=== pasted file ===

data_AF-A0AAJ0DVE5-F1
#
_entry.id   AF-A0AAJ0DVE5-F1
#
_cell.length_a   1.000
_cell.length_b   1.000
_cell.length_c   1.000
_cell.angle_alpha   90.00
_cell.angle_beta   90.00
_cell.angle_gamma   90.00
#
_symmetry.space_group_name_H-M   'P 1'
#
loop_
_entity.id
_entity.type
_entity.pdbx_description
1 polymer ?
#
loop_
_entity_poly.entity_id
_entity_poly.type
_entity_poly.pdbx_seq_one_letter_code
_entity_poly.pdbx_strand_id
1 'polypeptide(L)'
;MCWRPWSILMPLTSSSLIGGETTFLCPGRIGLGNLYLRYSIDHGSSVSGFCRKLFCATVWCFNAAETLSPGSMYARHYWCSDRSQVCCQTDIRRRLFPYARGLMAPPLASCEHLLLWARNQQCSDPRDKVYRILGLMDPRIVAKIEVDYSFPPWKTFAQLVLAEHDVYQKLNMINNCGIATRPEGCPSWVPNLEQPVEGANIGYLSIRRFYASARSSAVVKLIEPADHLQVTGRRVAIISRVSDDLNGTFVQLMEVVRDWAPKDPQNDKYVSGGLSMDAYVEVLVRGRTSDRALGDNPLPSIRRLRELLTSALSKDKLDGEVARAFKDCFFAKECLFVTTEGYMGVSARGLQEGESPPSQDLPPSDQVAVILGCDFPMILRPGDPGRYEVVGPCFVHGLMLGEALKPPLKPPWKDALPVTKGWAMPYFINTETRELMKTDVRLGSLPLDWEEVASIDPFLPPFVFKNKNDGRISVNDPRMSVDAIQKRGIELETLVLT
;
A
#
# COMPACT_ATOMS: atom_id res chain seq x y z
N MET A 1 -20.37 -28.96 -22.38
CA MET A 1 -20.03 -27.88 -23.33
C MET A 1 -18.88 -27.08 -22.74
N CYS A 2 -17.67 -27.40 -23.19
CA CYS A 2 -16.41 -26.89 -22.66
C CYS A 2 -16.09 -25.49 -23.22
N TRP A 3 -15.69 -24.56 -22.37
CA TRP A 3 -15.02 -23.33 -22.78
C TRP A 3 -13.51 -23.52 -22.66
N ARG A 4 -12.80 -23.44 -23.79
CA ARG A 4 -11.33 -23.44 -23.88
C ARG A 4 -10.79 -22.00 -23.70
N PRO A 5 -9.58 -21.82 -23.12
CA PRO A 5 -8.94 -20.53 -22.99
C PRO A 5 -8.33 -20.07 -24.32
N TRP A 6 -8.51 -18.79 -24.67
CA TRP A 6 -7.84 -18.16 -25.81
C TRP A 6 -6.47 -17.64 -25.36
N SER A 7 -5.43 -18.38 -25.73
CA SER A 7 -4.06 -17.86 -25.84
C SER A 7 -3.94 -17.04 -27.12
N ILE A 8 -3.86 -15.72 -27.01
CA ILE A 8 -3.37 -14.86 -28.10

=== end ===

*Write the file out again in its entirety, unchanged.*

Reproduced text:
data_AF-A0AAJ0DVE5-F1
#
_entry.id   AF-A0AAJ0DVE5-F1
#
_cell.length_a   1.000
_cell.length_b   1.000
_cell.length_c   1.000
_cell.angle_alpha   90.00
_cell.angle_beta   90.00
_cell.angle_gamma   90.00
#
_symmetry.space_group_name_H-M   'P 1'
#
loop_
_entity.id
_entity.type
_entity.pdbx_description
1 polymer ?
#
loop_
_entity_poly.entity_id
_entity_poly.type
_entity_poly.pdbx_seq_one_letter_code
_entity_poly.pdbx_strand_id
1 'polypeptide(L)'
;MCWRPWSILMPLTSSSLIGGETTFLCPGRIGLGNLYLRYSIDHGSSVSGFCRKLFCATVWCFNAAETLSPGSMYARHYWCSDRSQVCCQTDIRRRLFPYARGLMAPPLASCEHLLLWARNQQCSDPRDKVYRILGLMDPRIVAKIEVDYSFPPWKTFAQLVLAEHDVYQKLNMINNCGIATRPEGCPSWVPNLEQPVEGANIGYLSIRRFYASARSSAVVKLIEPADHLQVTGRRVAIISRVSDDLNGTFVQLMEVVRDWAPKDPQNDKYVSGGLSMDAYVEVLVRGRTSDRALGDNPLPSIRRLRELLTSALSKDKLDGEVARAFKDCFFAKECLFVTTEGYMGVSARGLQEGESPPSQDLPPSDQVAVILGCDFPMILRPGDPGRYEVVGPCFVHGLMLGEALKPPLKPPWKDALPVTKGWAMPYFINTETRELMKTDVRLGSLPLDWEEVASIDPFLPPFVFKNKNDGRISVNDPRMSVDAIQKRGIELETLVLT
;
A
#
# COMPACT_ATOMS: atom_id res chain seq x y z
N MET A 1 -20.37 -28.96 -22.38
CA MET A 1 -20.03 -27.88 -23.33
C MET A 1 -18.88 -27.08 -22.74
N CYS A 2 -17.67 -27.40 -23.19
CA CYS A 2 -16.41 -26.89 -22.66
C CYS A 2 -16.09 -25.49 -23.22
N TRP A 3 -15.69 -24.56 -22.37
CA TRP A 3 -15.02 -23.33 -22.78
C TRP A 3 -13.51 -23.52 -22.66
N ARG A 4 -12.80 -23.44 -23.79
CA ARG A 4 -11.33 -23.44 -23.88
C ARG A 4 -10.79 -22.00 -23.70
N PRO A 5 -9.58 -21.82 -23.12
CA PRO A 5 -8.94 -20.53 -22.99
C PRO A 5 -8.33 -20.07 -24.32
N TRP A 6 -8.51 -18.79 -24.67
CA TRP A 6 -7.84 -18.16 -25.81
C TRP A 6 -6.47 -17.64 -25.36
N SER A 7 -5.43 -18.38 -25.73
CA SER A 7 -4.06 -17.86 -25.84
C SER A 7 -3.94 -17.04 -27.12
N ILE A 8 -3.86 -15.72 -27.01
CA ILE A 8 -3.37 -14.86 -28.10